Our specialist noise-induced hearing loss solicitors can help you make a no-win-no-fee compensation claim.
Working in bars and nightclubs can put you at risk of losing your hearing or developing a noise-induced hearing condition such as tinnitus (ringing in your ears). Even if you only work part time in a bar, pub or club the noise levels are often far above the recommended noise level limit, which means that musicians, DJs, bartenders, toilet attendants and security staff are at high risk of developing noise-induced hearing loss or acoustic shock syndrome.
If you think you’ve developed hearing problems from working in noisy environments, then you could make a claim for significant compensation. Typical claims range from £5,000 – £30,000 depending on the severity of your hearing loss.
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Dear Mr Fieldhouse, Firstly, let me say how pleased I am with the outcome of my claim for Noise-Induced Hearing Loss. I appreciate the fact that you kept me regularly informed and explained the various procedures in enough detail for me to understand.
Throughout the claim I have been given excellent help and information from the people at Michael Lewin Solicitors. They were very professional all the way especially Natasha Hardy. Natasha was so friendly and helpful throughout and I wouldn't hesitate to recommend the company to friends and family. Thank you very much for all your help.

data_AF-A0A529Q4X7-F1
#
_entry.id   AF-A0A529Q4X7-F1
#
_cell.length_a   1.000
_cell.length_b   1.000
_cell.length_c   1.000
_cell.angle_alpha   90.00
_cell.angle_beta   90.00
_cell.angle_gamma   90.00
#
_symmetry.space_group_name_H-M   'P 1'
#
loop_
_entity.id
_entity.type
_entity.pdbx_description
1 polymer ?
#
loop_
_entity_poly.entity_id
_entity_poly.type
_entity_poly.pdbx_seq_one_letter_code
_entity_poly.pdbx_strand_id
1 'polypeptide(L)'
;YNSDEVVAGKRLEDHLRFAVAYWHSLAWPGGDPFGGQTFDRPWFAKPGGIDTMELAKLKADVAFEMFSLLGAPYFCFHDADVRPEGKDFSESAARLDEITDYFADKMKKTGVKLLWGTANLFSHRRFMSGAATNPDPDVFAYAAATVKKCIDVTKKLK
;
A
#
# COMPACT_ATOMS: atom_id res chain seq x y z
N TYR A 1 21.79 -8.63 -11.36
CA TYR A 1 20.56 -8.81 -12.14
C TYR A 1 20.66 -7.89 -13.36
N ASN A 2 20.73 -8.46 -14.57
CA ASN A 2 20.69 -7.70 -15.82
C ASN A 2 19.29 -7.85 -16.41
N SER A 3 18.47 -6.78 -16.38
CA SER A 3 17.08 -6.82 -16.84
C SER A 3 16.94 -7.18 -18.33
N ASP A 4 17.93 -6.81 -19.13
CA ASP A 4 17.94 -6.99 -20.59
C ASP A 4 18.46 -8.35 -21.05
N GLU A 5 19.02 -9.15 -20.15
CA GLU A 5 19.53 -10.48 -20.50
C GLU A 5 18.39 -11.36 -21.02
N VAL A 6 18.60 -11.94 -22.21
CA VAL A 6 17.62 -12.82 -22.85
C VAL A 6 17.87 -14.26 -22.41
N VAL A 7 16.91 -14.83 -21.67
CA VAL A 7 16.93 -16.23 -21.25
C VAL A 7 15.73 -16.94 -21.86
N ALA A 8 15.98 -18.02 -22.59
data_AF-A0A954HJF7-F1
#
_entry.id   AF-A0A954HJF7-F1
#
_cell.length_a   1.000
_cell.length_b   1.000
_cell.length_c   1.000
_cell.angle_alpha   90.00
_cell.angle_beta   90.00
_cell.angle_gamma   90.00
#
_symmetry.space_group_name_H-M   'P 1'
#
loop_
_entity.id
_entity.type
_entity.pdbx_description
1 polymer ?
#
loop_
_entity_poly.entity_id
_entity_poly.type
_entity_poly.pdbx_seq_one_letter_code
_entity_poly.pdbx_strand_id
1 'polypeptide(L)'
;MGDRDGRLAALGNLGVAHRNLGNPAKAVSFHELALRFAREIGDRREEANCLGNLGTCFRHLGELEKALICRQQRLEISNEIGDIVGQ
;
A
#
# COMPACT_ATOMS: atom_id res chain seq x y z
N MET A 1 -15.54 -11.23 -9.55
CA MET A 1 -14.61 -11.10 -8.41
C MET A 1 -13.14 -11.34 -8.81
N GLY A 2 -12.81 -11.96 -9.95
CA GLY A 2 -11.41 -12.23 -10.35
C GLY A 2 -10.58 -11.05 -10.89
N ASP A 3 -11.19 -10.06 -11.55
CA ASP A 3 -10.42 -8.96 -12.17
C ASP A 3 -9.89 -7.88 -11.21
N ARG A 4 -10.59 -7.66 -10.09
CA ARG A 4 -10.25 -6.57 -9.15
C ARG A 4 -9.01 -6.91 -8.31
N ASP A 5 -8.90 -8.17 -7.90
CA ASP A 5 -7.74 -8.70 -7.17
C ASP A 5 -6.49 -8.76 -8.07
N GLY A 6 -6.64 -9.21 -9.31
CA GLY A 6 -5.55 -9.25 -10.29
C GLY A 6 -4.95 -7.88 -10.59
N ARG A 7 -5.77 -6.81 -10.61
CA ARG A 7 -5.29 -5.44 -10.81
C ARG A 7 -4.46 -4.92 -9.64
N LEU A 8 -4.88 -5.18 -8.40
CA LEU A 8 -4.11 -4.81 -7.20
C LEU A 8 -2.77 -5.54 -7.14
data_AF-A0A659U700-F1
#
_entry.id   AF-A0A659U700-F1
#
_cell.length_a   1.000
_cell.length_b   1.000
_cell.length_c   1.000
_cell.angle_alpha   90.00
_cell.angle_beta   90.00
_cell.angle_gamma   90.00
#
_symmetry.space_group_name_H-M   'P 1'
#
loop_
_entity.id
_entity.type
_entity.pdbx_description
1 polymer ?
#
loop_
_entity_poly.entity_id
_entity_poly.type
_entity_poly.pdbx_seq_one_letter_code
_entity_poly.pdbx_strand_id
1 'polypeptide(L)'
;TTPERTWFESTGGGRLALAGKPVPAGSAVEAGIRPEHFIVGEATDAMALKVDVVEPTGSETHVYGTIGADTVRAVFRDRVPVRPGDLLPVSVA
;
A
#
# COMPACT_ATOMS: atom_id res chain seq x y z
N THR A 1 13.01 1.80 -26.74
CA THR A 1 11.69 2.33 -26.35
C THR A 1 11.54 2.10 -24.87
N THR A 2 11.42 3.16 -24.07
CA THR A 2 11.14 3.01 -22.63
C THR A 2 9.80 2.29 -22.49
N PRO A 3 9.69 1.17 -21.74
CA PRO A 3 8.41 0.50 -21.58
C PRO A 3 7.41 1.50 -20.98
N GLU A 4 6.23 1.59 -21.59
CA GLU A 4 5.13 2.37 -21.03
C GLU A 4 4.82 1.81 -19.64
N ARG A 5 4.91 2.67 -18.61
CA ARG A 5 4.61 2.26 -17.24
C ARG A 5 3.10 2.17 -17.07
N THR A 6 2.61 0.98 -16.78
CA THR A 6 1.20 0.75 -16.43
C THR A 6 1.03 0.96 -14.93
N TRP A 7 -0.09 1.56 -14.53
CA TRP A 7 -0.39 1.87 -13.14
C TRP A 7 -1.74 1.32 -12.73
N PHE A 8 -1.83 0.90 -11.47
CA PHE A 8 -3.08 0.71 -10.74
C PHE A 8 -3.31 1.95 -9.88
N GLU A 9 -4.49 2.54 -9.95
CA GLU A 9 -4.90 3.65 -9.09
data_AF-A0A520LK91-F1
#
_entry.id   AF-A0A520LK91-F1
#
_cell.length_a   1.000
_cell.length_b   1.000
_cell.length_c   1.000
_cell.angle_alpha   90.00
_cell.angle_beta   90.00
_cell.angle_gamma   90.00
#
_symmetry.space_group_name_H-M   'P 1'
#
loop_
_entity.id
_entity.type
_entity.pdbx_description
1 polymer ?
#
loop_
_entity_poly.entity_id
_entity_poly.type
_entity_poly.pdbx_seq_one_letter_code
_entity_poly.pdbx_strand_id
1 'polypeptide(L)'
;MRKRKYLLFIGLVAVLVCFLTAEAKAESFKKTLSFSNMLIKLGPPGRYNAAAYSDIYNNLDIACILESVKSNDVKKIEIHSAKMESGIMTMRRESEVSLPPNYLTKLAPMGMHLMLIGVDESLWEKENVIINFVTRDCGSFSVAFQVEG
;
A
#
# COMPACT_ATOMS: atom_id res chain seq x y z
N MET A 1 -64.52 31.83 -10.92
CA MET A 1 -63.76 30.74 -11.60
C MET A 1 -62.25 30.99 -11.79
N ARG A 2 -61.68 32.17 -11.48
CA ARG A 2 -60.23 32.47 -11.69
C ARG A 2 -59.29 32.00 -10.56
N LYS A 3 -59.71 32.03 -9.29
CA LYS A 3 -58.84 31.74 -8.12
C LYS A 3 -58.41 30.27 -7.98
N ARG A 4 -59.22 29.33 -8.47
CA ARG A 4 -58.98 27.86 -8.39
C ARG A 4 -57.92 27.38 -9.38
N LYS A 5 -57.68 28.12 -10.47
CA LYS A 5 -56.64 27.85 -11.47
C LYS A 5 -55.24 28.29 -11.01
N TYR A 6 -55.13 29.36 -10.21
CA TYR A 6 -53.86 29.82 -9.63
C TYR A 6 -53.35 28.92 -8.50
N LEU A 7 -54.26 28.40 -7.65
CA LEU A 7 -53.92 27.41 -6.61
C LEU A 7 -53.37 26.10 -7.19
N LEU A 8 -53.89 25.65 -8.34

You could make a hearing loss claim if:
- You have worked in a bar, nightclub, pub or music venue for at least a year.
- You regularly suffer from ringing in your ears
- Your hearing has been significantly affected from prolonged exposure to noise.
- The noise levels at your place of work exceeded 85dB
- The hearing loss you suffer from is affecting your daily life.
The Law On Hearing Protection In Bars, Clubs and Pubs
In 2005, the Control of Noise At Work Regulations act came into force for the music and entertainment industries and meant that employers needed to control the amount of noise exposure thir employees had and provide adequate hearing protection for them to wear.
Noise is measured in decibels (dB) and the Health and Safety Executive (HSE) conducted studies to find out what levels of noise were prone to damaging hearing long term. They found that noise levels less than 75dB were unlikely to cause any damage (a normal conversation is around 60dB) however research into noise levels at bars, clubs and pubs found that decibel readings in these places often exceeded 95 – 100 dB; 25% higher than the recommended limit.
Being constantly exposed to these high levels of noise over a prolonged period of time would certainly damage a person’s hearing.